Information about the Schitsu'umsh

The Coeur d'Alene are a First Nations/Native American people who lived in villages along the Coeur d'Alene, St. Joe, Clark Fork and Spokane Rivers; as well as sites on the shores of Lake Coeur d'Alene, Lake Pend Oreille and Hayden Lake, in what is now northern Idaho, eastern Washington and western Montana.

In their language, members call themselves, Schitsu'umsh (or Skitswish), meaning The Discovered People or Those Who Are Found Here. Early French fur traders in the late 18th or early 19th century gave them their non-native name. The name, Coeur d'Alene means Heart of an Awl, referring to the perceived shrewdness of the trading skills exhibited by the tribe.


The native language is Coeur d'Alene, a Salishan language.


Traditional lands

For thousands of years the Schitsu’umsh lived in what would become the Panhandle region of Idaho. Originally the tribe roamed an area of over 4 million acres (16,000 km²) of grass-covered hills, camas-prairie, forested mountains, lakes, marshes and river habitat in northern Idaho, eastern Washington and western Montana. The territory extended from the southern end of Lake Pend Oreille in the north running along the Bitterroot Range of Montana in the east to the Palouse and North Fork of the Clearwater Rivers in the south to Steptoe Butte and up to just east of Spokane Falls in the west. At the center of this region was Lake Coeur d'Alene. The Coeur d’Alene lived in areas of abundance that included trout, salmon, and whitefish. The tribe supplemented hunting and gathering activities by fishing the St. Joe River and the Spokane River. They used gaff hooks, spears, nets, and traps and angled for fish.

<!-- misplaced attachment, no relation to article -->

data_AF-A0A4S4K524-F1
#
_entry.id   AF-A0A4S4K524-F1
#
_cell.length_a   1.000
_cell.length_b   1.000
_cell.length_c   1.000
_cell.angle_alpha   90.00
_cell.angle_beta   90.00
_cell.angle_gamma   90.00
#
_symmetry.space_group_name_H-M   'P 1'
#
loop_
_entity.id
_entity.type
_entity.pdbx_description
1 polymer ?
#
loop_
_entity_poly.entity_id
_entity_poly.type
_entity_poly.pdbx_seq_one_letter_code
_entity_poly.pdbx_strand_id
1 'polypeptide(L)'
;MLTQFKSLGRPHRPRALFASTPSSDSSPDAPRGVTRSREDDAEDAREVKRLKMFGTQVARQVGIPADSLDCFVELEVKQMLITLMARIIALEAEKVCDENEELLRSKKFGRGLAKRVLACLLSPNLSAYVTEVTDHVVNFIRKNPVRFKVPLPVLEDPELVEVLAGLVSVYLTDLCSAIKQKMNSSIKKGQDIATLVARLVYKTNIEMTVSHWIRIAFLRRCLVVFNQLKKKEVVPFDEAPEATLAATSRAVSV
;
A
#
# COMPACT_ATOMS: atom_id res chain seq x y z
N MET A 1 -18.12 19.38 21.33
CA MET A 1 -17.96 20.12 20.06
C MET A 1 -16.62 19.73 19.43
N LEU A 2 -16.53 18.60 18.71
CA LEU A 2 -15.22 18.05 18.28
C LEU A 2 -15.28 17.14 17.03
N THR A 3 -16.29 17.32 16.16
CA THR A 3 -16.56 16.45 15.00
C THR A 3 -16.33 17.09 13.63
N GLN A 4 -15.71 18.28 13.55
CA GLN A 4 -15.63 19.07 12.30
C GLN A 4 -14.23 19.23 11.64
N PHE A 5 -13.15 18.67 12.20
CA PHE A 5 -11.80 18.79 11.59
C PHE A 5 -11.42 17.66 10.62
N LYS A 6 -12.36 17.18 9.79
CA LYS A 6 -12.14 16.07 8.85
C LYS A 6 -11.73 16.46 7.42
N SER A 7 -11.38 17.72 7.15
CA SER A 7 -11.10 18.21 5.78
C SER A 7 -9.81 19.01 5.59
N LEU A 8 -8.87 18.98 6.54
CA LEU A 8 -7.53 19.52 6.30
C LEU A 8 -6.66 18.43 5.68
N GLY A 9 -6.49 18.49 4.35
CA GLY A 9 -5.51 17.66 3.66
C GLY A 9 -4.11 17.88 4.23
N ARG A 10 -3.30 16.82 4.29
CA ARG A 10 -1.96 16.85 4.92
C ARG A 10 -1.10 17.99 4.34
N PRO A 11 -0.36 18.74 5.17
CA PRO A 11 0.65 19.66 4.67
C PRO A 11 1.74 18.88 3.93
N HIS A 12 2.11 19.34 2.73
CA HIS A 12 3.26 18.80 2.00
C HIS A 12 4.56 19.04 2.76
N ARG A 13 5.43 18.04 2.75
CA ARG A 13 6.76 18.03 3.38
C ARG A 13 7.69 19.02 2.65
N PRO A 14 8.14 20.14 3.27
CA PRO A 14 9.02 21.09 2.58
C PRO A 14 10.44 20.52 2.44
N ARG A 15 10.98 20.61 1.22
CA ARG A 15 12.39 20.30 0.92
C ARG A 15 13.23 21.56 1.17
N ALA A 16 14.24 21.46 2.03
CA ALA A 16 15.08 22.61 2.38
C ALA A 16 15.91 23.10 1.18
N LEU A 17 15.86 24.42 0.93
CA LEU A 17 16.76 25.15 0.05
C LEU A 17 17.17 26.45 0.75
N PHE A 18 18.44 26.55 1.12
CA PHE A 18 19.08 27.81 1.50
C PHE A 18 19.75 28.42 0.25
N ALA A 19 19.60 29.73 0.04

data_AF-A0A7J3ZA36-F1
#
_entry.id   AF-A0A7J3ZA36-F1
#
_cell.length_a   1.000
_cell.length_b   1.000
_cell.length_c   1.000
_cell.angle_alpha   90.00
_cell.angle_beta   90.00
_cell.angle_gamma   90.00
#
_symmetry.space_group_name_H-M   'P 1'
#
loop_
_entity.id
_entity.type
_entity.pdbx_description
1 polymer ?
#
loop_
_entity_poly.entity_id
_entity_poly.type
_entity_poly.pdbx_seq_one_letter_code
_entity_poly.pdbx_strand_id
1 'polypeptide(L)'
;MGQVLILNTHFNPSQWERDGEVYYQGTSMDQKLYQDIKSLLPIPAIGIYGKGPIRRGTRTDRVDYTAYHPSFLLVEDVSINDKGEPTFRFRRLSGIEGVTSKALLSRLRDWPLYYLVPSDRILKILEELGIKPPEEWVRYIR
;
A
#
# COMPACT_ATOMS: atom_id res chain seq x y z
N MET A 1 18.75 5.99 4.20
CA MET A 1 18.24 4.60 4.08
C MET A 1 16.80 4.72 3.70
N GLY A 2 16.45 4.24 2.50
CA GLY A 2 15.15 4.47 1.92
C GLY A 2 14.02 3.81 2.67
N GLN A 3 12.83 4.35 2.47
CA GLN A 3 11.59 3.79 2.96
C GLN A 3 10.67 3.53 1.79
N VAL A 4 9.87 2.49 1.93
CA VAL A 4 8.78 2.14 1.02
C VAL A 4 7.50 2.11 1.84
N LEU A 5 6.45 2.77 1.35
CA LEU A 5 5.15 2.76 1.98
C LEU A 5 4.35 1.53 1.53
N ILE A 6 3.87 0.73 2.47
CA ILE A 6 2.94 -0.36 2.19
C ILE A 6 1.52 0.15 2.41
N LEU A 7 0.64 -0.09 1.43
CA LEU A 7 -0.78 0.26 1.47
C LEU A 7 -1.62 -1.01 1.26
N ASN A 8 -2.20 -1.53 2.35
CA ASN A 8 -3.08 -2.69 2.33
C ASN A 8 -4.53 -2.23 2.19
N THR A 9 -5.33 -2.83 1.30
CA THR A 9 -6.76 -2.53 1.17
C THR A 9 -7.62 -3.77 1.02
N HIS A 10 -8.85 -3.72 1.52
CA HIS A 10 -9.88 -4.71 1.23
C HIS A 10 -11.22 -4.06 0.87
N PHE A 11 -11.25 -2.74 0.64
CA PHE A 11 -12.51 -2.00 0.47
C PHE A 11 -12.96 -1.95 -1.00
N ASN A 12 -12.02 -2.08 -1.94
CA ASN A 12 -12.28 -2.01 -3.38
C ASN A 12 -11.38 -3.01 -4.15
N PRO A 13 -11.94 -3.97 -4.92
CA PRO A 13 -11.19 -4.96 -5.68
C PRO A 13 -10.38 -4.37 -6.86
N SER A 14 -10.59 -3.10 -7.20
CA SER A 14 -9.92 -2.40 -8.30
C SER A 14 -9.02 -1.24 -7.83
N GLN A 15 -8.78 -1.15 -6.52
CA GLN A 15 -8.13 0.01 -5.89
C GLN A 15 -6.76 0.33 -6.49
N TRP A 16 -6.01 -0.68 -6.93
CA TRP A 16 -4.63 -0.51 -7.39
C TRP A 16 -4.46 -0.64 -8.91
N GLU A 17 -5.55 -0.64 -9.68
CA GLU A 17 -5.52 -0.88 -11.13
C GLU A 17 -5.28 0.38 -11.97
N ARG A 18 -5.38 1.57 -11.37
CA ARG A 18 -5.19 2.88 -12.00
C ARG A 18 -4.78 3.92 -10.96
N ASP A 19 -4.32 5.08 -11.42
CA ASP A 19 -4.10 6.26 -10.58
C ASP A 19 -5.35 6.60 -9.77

Reservation lands

That Coeur d'Alene lands were reduced to approximately 600,000 acres (2,400 km²) in 1873 when U.S. President Ulysses Grant established the Coeur d'Alene Indian Reservation by Executive Order. Successive government acts cut their property to 345,000 acres (1,400 km²) near Plummer, south of the town of Coeur d’Alene.


Neighboring tribes

  • Confederated Tribes of the Colville Reservation
  • Kootenai-Salish (Flatheads)
  • Nez Perce
  • Spokane


    The early tribal economy was based upon hunting, fishing, and gathering. Dissatisfaction with treaties being negotiated for tribal lands led to battles with federal troops in 1858.

    Economic status

    • Tribal businesses include The Coeur d'Alene Casino, Hotel, and Circling Ravens Golf Course facilities north of Worley, Idaho. Tribal gaming employs about 500 and generates about $20 million in profits annually, funding programs and creating economic development and diversity.
    • The tribe operates the Benewah Automotive Center, the Benewah Market, and Ace Hardware located in Plummer, Idaho.
    • The tribal farm covers about 6,000 acres (24 km²) and produces wheat, barley, peas, lentils, and canola.

  • DeSmet
  • Plummer
  • Tensed
  • Worley Tribal services Health and wellness

    The Coeur d’Alene Tribe has a health care facility which opened in 1998 named the Benewah Medical Center. The center was recognized as a national model for Indian Health Care and rural health care. The clinic provides comprehensive primary care services including dental, mental health services and community health outreach services to both the Native American population and general community.

    Indian Health Service


    Coeur d’Alene tribal School

    Natural Resource Management

    Tribal traditions include a respect and reverence for natural law, and for responsible environmental stewardship. The tribe is active in the protection, conservation and enhancement of fish and wildlife resources; as well as conservation issues that impact tribal resources. U.S. courts recently ruled that the tribe has jurisdiction over the lower third of Lake Coeur d’Alene, as well as 20 miles of the St. Joe River. The State of Idaho is appealing that decision.

    Plummer Wind Energy Project


    Trail of the Coeur d’Alenes

    The above includes excerpts from Wikipedia.org, the free encyclopedia:

    What are the most spoken languages on earth?

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